At least two people were killed and approximately 22 others were injured this morning when soldiers with the National Bolivarian Armed Forces opened fire on a group of Indigenous protesters in the San Francisco de Yuruaní municipality of Bolivar state.
News of the event spread after human rights lawyer Tamara Suju broke the news through her Twitter account at approximately 7:30 AM local time. Suju said that a bus carrying soldiers opened fire on a group of protesters who were gathered near a roadblock.
Citing a local indigenous leader, Suju later reported that a woman named Zoraida Rodriguez had died in the shooting, and that the demonstrators had captured three soldiers in the aftermath of the violence. Venezuelan ambulances took five of the injured into Brazil to receive medical attention.
The protesters were gathered to demand that the Maduro regime allow humanitarian aid to enter from Brazil. Just yesterday, Maduro ordered the border there closed in order to prevent aid warehoused in Brazil’s Roraima province from entering Venezuela.
The killings sparked a protest by the Pemon community in the Brazilian town of Paracaima, which is just across the border from where the violence took place.
Interim president Juan Guaido reacted to knows of the events in San Francisco de Yuruaní through a series of tweets in which he called on local military commanders to bring to justice the soldiers responsible for the violence. Gaudio also called on the rest of the armed forces to openly side with the Venezuelan people:
To all soldiers: you will decide how you want to be remembered between today and tomorrow. We already know that you’re with the people, you’ve made that very clear. Tomorrow, you’ll be able to demonstrate it.
Venezuela Aid Live Rocks Thousands of Thousands in Cucuta
Venezuelan Aid Live, a super-concert sponsored by British billionaire Richard Branson to raise funds for the humanitarian relief effort, entertained thousands of people who gathered before the stage in Cucuta, Colombia, just meters away from the border with Venezuela.
The concert included a lineup of Latin American stars, including Alejandro Sanz, Ricardo Montaner, Carlos Vives, and Juan Luis Guerra, among others.
Below, some images and videos from Venezuela Aid Live:
Guaido Makes Surprise Appearance at Concert
Late in the afternoon, interim president Juan Guaido made a surprise appearance at the concert. In the video below, Guaido is joined by Colombian president Ivan Duque:
Another video of Guaido’s arrival:
Pictures of Guaido in what appears to be the press/VIP section of the concert grounds:
Guaido’s visit to Cucuta is all the more surprising given the fact that the Tribunal Supremo de Justicia (TSJ) prohibited him from leaving the country in a ruling issued on January 29, meaning that he was either smuggled into the country or that the Venezuelan border authorities helped him cross.
Guaido claims that the latter was true:
The question is: how did we arrive here [in Colombia] today, when they [the government] ordered the closure of airspace, prohibited all types of maritime travel, and blockaded the roads (…) we are here precisely because the armed forces also participated in this process.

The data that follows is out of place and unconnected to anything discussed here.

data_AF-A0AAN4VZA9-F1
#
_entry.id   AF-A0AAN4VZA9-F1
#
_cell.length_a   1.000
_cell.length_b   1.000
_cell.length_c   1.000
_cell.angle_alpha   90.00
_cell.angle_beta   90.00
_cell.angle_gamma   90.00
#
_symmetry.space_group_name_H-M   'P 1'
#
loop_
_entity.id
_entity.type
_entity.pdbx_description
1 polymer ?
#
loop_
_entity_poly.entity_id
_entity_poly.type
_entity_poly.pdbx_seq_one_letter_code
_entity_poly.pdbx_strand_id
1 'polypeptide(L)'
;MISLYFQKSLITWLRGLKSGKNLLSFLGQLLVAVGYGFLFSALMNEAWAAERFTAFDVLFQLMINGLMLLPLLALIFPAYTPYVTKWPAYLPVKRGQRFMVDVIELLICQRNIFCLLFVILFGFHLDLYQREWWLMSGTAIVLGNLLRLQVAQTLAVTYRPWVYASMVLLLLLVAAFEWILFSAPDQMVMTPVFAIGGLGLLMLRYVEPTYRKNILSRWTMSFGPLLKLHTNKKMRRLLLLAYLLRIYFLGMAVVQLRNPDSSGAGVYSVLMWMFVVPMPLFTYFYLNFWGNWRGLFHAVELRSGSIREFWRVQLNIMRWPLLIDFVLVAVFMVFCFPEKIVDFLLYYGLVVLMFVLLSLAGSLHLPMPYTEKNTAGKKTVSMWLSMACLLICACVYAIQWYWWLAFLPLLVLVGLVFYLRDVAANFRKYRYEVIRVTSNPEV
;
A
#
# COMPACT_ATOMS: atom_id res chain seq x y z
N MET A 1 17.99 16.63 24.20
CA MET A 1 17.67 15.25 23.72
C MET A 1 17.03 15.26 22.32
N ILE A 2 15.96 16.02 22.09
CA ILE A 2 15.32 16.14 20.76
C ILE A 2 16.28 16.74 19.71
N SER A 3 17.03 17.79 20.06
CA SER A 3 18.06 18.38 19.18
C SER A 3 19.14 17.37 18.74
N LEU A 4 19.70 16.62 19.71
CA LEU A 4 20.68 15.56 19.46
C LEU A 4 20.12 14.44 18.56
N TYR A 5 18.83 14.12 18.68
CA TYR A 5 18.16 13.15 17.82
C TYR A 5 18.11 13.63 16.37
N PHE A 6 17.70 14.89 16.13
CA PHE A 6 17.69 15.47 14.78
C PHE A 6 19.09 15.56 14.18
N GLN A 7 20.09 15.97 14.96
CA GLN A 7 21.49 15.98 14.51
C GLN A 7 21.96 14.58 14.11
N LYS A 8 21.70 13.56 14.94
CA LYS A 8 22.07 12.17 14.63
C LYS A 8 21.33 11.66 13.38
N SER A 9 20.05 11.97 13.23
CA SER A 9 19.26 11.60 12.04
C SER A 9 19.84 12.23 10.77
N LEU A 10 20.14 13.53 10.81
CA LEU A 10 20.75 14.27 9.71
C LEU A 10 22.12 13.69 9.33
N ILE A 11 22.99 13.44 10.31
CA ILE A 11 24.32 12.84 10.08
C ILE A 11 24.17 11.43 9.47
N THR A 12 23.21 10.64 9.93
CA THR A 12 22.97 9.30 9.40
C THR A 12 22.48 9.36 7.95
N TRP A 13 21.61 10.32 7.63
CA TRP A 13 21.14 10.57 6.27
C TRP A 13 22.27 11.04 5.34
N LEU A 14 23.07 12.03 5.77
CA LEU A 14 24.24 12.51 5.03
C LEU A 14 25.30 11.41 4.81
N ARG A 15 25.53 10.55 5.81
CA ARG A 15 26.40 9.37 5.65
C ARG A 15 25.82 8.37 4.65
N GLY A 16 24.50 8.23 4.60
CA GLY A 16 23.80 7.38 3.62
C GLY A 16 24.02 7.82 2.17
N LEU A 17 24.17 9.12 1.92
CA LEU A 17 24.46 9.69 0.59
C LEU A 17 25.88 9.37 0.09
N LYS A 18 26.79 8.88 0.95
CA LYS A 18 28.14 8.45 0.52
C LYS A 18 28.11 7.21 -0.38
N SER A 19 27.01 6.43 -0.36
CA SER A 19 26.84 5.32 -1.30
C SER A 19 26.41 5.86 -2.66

Gov’t Censors Internet, Knocks Channels Off the Air During Concert
Netblocks, an organization that tracks state interference with internet service, reported this afternoon that several websites–including YouTube, Google and Bing–were being blocked by Venezuelan authorities to coincide with the broadcast of Venezuela Aid Live:
At approximately the same time, the Sindicato Nacional de Trabajadores de la Prensa (National Syndicate of Press Workers, SNTP) announced that two television channels broadcasting the concert–NatGeo and Antena 3_-were knocked off the air:
Regime Concert Takes Place 600 Meters Away
The Maduro regime held its own concert less than a kilometer away across the border in Venezuela.
Below, images and videos from the concert:
Venezuelan Activity on Tienditas Bridge Captured on Camera
Cameras belonging to Colombia’s migration agency captured the moments when Venezuelan soldiers worked on the barricades erected by the Maduro regime earlier this month on the Tienditas international bridge.
In the videos, soldiers can be seen welding in proximity to three shipping containers placed on the bridge on February 5-6 by Venezuelan authorities.
While its difficult to tell from the videos what exactly the Venezuelan soldiers were welding, Colombian authorities claimed that they were welding the shipping containers to the bridge to make their removal all the more difficult.
Below, a Twitter thread with the videos:
The Tienditas bridge has never been open to traffic, and Colombian authorities had previously placed the small metallic fence across the structure. However, once it became known that the bridge would be the likely point of entry of humanitarian aid being warehoused in Cucuta, Venezuelan authorities placed two shipping containers and a tanker on the bridge, presumably in anticipation of the removal of the Colombian barriers.
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